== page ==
uwantme2killhim? (2013) Movie Review

Toby Regbo and  Jamie Blackley in uwantme2killhim (2013) Movie Image

In general, films with youth or text-speak titles are to be avoided, and so the annoyingly monikered “uwantme2killhim?” doesn’t exactly hold much initial promise. To be fair, it at least has some justification for its awkward name, being based on bizarre but true events from the UK back in 2003 revolving around teenagers, internet friendships and murder; though still, even trying to pronounce it makes for an unpleasant mouthful.

Directed by Andrew Douglas (“The Amityville Horror”) and produced by Bryan Singer (“X-Men”, “The Usual Suspects”), the film opens with Jamie Blackley (“Snow White and the Huntsman”) as the 16-year-old Mark, being taken into custody by the police after the murder of one of his friends. Flashbacks emerge as he is interviewed, revealing his online relationship with Rachel (Jaime Winstone, “Donkey Punch”), who he fell in love with despite never having met. Totally besotted, Mark agrees to protect her oddball younger brother John (Toby Regbo, “One Day”) from bullies at school, and the two lads soon become friends. After Rachel is murdered by her violent gangster boyfriend, Mark decides to take revenge, and in doing so attracts the online attention of a female MI5 agent who pushes him towards committing homicide for the greater good.

Joanne Froggatt in uwantme2killhim (2013) Movie Image

The most striking thing about “uwantme2killhim?”, and both its one real strength and most serious weakness, is the sheer strangeness of its central story, which truly is difficult to believe. With the big twist being telegraphed from early on and likely to be obvious even to those not familiar with the case, there’s not much in the way of tension, and by keeping the supposed shock revelation to the very last few minutes, the film arguably misses the far more intriguing possibility of having focused instead on the psychology of its oddball lead characters.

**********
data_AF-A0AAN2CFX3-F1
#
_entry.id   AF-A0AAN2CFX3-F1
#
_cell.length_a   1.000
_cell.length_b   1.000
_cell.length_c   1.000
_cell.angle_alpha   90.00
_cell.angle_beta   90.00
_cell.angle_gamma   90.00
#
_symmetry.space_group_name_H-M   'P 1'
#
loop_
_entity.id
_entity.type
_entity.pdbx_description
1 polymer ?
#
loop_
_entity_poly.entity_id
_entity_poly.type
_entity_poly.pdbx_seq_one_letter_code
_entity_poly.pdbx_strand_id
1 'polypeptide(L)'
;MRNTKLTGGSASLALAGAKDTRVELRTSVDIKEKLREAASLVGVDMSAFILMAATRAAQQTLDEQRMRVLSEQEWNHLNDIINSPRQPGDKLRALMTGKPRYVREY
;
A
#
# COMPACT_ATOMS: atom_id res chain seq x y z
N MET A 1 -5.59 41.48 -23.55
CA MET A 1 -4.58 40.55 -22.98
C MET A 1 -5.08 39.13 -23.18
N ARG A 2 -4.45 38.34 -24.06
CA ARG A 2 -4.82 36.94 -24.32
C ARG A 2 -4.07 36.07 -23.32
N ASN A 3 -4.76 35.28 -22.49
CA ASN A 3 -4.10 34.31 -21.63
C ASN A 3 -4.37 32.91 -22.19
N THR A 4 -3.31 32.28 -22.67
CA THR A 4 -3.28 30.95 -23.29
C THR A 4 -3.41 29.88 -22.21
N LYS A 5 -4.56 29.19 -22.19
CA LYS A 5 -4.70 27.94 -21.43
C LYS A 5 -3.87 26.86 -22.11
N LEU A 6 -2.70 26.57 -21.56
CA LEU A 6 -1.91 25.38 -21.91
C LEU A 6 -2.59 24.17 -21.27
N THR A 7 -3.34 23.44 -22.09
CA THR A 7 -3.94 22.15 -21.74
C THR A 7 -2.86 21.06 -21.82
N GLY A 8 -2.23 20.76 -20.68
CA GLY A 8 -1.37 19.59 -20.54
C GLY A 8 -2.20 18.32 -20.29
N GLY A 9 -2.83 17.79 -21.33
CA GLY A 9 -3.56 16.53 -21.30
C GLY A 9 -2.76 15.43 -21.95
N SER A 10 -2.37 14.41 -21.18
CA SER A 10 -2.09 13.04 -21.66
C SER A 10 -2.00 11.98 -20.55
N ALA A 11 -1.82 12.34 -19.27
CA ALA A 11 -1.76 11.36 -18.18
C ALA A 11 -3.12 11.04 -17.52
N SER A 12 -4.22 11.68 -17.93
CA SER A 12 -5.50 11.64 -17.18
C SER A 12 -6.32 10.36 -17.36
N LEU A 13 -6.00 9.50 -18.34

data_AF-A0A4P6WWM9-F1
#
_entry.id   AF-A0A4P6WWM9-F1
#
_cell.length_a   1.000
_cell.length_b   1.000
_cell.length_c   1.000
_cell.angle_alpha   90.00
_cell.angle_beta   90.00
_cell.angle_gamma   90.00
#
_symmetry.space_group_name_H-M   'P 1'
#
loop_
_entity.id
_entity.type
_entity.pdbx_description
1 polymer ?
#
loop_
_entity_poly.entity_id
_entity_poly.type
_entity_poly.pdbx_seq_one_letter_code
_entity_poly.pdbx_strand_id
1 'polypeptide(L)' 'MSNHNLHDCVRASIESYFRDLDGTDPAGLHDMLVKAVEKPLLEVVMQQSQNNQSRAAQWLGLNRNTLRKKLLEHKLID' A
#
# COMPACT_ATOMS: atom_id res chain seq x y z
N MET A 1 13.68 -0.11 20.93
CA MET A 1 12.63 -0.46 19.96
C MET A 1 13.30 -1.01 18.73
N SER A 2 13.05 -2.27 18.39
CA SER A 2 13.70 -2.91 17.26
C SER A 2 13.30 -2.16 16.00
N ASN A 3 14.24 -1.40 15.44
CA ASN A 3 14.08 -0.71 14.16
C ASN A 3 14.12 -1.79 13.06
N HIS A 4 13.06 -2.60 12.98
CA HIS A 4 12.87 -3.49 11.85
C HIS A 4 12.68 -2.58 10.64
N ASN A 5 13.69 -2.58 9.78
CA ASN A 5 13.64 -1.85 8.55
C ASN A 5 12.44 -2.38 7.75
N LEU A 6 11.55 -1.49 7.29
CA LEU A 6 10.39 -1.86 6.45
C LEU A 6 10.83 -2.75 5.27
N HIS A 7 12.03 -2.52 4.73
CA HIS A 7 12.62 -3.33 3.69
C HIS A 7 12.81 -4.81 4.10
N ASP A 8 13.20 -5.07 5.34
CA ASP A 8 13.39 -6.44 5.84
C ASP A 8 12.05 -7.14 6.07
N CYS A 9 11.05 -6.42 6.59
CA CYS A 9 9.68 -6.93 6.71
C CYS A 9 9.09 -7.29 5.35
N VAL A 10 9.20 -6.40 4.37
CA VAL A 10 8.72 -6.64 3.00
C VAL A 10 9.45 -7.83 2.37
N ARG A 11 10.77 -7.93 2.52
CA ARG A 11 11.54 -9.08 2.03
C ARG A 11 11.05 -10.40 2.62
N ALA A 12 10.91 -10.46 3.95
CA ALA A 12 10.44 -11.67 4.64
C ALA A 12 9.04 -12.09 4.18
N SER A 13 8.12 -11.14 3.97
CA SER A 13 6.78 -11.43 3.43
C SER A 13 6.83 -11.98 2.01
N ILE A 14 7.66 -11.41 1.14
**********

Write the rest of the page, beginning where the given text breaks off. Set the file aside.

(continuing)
While on the plus side the story is extraordinary enough to hold the interest, the sheer stupidity and naivety of Mark is hard to swallow, especially given the fairly basic and pedestrian nature of the script, which fails to convince or act as satisfactory cinematic sleight of hand. The problem worsens as things escalate, and Douglas never manages to really milk the scenario for the kind of suspense or surprises that it might have commanded in other hands, his direction generally coming across as flat and better suited to television.

Toby Regbo and  Jamie Blackley in uwantme2killhim (2013) Movie Image

Feeling at times like an even less sensationalistic version of Hideo Nakata’s English language “Chatroom”, the film relies far too much on dull chat sequences of the characters vocalising their inane writings or of dialogue popping up on screen – a technique which becomes old only too quickly. Though both Jamie Blackley and Toby Regbo are perfectly decent in their roles (for which they won a joint award for Best Performance in a British Feature Film at the Edinburgh International Film Festival), neither has much material to work with, and it’s hard for the viewer to make much of an emotional connection. As a result, it’s difficult to care about what happens, and this further underlines the fact that the central story needed a certain level of depth or substance to make it work.

None of this is to say that “uwantme2killhim?” is a particularly bad film as such, and there’s enough here to make it moderately entertaining during its relatively brisk 90-minute running time. However, it’s hard not to see it as a missed opportunity or as the lacklustre treatment of a fascinating real life case, and as such it’s tough to recommend actually seeking it out.

“uwantme2killhim?” lands shortly in UK cinemas via Entertainment One.

Andrew Douglas (director) / Mike Walden (screenplay)
CAST: Jamie Blackley … Mark
Toby Regbo … John
Joanne Froggatt … Detective Inspector Sarah Clayton
Liz White … Janet
Jaime Winstone … Rachel
Mark Womack … Mark’s Dad
Amy Wren … Zoey

Buy uwantme2killhim on DVD or Blu-ray